We’d be pleased to discuss any or all of these considerations with you at your convenience.

When CRA Comes Calling


There is probably no more unnerving experience for a businessman than to receive a call from CRA that it intends to conduct an audit. Almost immediately (and, as it actually turns out) the imposition on normal business is immense, the distraction from normal business activities is costly and, at the end of the day, more than likely, there will be an out of pocket experience.

Also, from my experience, which, in this case, is personal experience, when CRA arrives, businessmen are ill-prepared for CRA’s orientation, examination and requirement for documentation.

Focus Mis-connect

Most businesspersons carry on business with a focus on customers/clients, the delivery of products and services and, hopefully, prompt payment. Unfortunately, that is not the focus of CRA. CRA is oriented to proper collection of HST and its remittance, maintenance of records to reflect the input tax credits associated with any invoice and the documentation of expenses and deductions, all of which are at the opposite end of the focus of most businesspersons.

So here are some suggestions on how to handle these issues, remembering that your records must be maintained for a minimum of 6 years for CRA and anyone’s memory of an expense or deduction or an adjustment on an account years earlier will naturally fade, the first prescription is to be sure that you have your bookkeeping and accounting services well informed and well in advance and well documented.

While my office operates on an electronic system for all of our business (digitally stored and appropriately backed up with multiple copies of invoices and payments, monthly bank reconciliations and professional service providers assisting), when CRA came calling upon us, we realized that we needed additional assistance.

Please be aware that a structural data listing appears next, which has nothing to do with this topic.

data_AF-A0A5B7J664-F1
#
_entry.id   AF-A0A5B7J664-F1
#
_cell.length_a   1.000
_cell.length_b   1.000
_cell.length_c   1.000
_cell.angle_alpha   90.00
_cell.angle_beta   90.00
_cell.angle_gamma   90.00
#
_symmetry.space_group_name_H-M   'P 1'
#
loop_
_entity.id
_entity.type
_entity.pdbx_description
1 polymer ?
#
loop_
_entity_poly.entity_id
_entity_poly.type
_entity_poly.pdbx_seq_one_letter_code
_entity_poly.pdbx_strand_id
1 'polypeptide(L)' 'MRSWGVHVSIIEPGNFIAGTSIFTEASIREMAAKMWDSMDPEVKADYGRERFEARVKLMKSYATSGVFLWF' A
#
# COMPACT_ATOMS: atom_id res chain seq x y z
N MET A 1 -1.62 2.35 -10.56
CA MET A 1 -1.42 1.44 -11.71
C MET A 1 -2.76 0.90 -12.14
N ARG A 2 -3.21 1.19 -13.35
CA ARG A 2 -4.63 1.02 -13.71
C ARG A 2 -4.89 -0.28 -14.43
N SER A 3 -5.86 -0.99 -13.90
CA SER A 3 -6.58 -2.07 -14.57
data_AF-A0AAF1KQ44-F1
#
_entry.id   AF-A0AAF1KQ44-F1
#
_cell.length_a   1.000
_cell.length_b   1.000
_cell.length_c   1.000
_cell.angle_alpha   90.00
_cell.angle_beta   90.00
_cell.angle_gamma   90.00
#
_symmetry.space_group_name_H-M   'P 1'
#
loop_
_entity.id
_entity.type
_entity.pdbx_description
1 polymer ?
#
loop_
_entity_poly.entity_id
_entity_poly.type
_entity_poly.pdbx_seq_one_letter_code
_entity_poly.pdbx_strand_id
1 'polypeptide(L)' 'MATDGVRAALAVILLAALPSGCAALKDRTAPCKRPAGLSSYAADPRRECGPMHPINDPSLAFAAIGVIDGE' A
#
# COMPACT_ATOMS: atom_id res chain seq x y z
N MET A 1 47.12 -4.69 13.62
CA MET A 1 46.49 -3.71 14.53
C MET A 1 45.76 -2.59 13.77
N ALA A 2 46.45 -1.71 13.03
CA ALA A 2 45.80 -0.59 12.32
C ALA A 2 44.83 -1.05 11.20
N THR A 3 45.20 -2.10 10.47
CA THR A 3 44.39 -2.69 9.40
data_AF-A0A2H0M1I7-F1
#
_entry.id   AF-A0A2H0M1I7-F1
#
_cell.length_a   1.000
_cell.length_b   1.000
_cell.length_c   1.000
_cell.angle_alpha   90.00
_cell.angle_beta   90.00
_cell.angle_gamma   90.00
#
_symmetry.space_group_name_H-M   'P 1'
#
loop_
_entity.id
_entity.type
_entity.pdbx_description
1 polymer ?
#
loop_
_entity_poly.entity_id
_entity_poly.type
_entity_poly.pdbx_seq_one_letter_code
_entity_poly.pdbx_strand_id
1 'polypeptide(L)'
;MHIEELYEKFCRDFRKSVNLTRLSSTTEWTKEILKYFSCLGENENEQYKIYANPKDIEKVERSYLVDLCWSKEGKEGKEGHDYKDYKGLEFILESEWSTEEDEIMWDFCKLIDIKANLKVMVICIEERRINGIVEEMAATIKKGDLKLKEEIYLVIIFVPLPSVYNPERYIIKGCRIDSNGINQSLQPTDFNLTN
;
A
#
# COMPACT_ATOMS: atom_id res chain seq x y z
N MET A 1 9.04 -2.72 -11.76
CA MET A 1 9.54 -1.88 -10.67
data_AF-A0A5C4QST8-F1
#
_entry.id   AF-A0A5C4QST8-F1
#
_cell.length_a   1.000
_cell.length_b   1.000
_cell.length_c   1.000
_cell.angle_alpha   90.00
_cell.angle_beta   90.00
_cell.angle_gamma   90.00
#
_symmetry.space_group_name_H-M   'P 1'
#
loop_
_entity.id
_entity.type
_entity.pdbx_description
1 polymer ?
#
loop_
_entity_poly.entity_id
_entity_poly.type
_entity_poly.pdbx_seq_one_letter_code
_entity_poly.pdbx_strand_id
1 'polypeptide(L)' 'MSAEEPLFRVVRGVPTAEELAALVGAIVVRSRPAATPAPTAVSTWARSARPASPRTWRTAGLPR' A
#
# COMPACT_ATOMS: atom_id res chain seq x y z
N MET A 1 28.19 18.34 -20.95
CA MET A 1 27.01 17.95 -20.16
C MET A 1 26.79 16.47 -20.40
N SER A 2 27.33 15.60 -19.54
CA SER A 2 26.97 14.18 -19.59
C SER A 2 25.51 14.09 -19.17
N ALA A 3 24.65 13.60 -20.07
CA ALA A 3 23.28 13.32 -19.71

I immediately retained Wm. J Trotter & Associates and he assigned one of his Senior Partners, Peter Anderson, to take charge of our matter and encouraged us to engage an extremely competent (and as it has turned out, economical as well) independent bookkeeper, Annette Panopoulos, to reconstruct all of our records, produce them on spreadsheets and interface with CRA.

Where We Are – Advice to the Masses:

While we are still in the midst of fully supplying CRA with all of its requirements, without the assistance of Bill, Peter and Annette, we would have been hopelessly overwhelmed. Our day-to-day operations would have been essentially stopped and our ability to service clients would have been seriously impeded. Further, with their assistance, we have restyled our operations to address any potential future examination and, at the same time, possibly even relieved our office personnel from some of the time consuming responsibilities they had assumed in our ordinary operations.

The assistance from Wm. J Trotter & Associates and the recommendations we have implemented have been immensely appreciated and have been a lesson for us as we deal with our clients. We feel much more confident in our advice and professional services for our clients given our own experience. That is not to suggest that a lawyer needs to be sued himself in order to fully appreciate his clients’ concerns. But it is a lesson.

We will be adding to our services to our clients our experience in the importance of documentation and procedures that could potentially relieve our clients from the devastating consequences of an intensive audit by CRA and the negative impacts upon the operations of our clients’ businesses.